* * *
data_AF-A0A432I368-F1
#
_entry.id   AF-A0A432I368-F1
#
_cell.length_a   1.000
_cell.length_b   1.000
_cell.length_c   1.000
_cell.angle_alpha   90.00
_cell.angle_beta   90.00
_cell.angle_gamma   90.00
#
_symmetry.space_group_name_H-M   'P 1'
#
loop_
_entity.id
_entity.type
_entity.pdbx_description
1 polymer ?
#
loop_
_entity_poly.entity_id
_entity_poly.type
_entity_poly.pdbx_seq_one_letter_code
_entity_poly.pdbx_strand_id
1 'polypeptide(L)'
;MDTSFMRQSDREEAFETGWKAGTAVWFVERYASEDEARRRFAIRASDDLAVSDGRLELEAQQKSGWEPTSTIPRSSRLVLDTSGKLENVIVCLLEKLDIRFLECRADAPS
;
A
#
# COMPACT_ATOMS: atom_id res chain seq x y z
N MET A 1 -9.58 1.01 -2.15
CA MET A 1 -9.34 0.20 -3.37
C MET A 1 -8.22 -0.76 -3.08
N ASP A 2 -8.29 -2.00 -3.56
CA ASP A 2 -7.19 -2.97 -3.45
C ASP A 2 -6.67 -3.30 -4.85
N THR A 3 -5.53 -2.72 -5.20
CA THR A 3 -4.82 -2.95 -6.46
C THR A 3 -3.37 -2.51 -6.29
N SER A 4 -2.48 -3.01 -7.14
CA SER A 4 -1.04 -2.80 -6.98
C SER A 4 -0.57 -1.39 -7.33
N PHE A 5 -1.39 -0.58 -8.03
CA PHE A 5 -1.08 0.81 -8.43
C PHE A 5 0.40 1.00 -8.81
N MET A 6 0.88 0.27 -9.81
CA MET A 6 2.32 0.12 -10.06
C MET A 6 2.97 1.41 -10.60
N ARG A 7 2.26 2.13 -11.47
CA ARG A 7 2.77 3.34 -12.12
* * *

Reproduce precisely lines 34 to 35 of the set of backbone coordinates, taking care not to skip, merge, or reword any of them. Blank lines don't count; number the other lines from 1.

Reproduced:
N ASP A 2 -8.29 -2.00 -3.56
CA ASP A 2 -7.19 -2.97 -3.45